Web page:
food and forage - stream to table
STORY, RECIPE & FOOD PHOTOGRAPHY BY MARLA MERIDITH
PHOTOGRAPHY BY DAVID BURTON SANCHEZ
I am not sure if you know of it, but there is a fly fishing bible out there called The Curtis Creek Manifest. It’s a slim guidebook filled with silly comic book illustrations, but don’t let those pictures fool you. It has some of the most comprehensive information for beginners and seasoned pros for fly fishing instruction.
This is my fly fishing manifesto, or maybe just a gal’s way to become acquainted with a sportsman’s pastime that’s been around forever. I thumb through that book regularly learning how to tie knots and get my cast smoother and more comfortable. The pages are getting tattered. I study it hard.
What I’ve learned after being in the river is fly fishing is more than casting with a rod and reel. It takes careful observation of the waters, the flora, fauna and of course, the bugs. I mistakenly used to think that I was way too active a person to partake in such a relaxing activity. Well, was I wrong! I feel so alive and energized when I’m fishing. Being knee deep in the mountain waters is exhilarating and I love feeling at home with the outdoors and wildlife.
When my family and I moved to Telluride, Colorado a few years ago, I made it a priority to head out with a guide to start learning this wonderful sport.
We live along the San Miguel River, home to top notch fly fishing. We are also near the Gunnison, which is a world famous hatch. A few other places I’ve traveled to fish are the Rio Grande River in Creede, Colorado and Belt Creek, Montana. Each experience has taught me, yet made me realize how much there is to learn.
I’m working on basic casting and the extraordinary thrill of the a fish on the line is like none other. I’m grateful to live among nature and to be able to pursue this passion with gusto. I am not sure I’ll ever tie my own flies, but I will gladly suit up in waders, tie on the tippet and case with a big smile.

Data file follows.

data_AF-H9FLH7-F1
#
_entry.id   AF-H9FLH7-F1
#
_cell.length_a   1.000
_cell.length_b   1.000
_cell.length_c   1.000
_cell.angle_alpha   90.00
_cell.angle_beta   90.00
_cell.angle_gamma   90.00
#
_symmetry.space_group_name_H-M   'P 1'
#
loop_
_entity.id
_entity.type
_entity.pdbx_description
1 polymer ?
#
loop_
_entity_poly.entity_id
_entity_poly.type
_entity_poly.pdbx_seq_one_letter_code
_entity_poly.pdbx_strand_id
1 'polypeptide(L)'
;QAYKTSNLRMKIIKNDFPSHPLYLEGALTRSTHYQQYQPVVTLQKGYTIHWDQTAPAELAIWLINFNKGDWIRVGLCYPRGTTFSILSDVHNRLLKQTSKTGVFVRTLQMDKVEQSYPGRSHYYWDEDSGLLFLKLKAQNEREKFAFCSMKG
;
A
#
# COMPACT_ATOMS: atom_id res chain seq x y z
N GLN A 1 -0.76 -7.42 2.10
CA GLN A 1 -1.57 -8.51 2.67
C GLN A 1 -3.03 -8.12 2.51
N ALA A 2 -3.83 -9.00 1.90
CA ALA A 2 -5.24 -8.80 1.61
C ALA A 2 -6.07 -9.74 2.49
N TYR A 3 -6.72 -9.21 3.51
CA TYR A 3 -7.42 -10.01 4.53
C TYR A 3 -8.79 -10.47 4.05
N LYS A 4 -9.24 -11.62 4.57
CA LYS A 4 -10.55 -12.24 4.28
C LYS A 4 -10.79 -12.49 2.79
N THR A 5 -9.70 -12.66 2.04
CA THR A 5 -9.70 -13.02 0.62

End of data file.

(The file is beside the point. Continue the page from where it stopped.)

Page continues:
Now although this fishing is a preservation type pastime (catch & release), I figured you should have a delicious recipe to count on when the catch is a keeper. My Panko and Bacon Crusted Trout that follows was prepared with Rainbows, but would be fabulous with Brown, Brook, Cutthroat and other types of fish you might favor.
A G I R L ‘ S F L Y F I S H I N G M A N I F E S T O
O U T F I T T I N G
PANKO & BACON CRUSTED TROUT
I N G R E D I E N T S
1 1/2 pounds of rainbow trout (cleaned, filleted, skin on)
2 large eggs, whisked
2 tablespoons of mayonnaise
-1 1/2 cups white whole wheat florur (AP flour good, too)
-1 cup panko bread crumbs
-2 strips cooked bacon, crumbled
-1/4 teaspoon of garlic salt
1/4 teaspoon ground black pepper
-butter for frying
-fresh, chopped parsley to finish
D I R E C T I O N S
1 -Create a work station where you can reach everything comfortably.
2 -Combine the eggs and mayonnaise ina bowl. In another bowl the flour to coat. In another bowl combine the panko, bacon, garlic salt and pepper
3 -Working on one fillet at a time, dip the trout in flour to coat, next into the egg mixture and let the extra egg run off. Next, coat the trout in the panko mixture, pressing it in to stick & cover well.
4 -Heat a large cast iron skillet over medium heat with a tablespoon of butter per filet. Cook trout skin side down for 3-4 minutes, crust will turn golden brown. Flip & cook an additional 3 minutes. Fish should be opaque & cooked thorough & crust nice & crispy.
5 -Top with chopped parsley.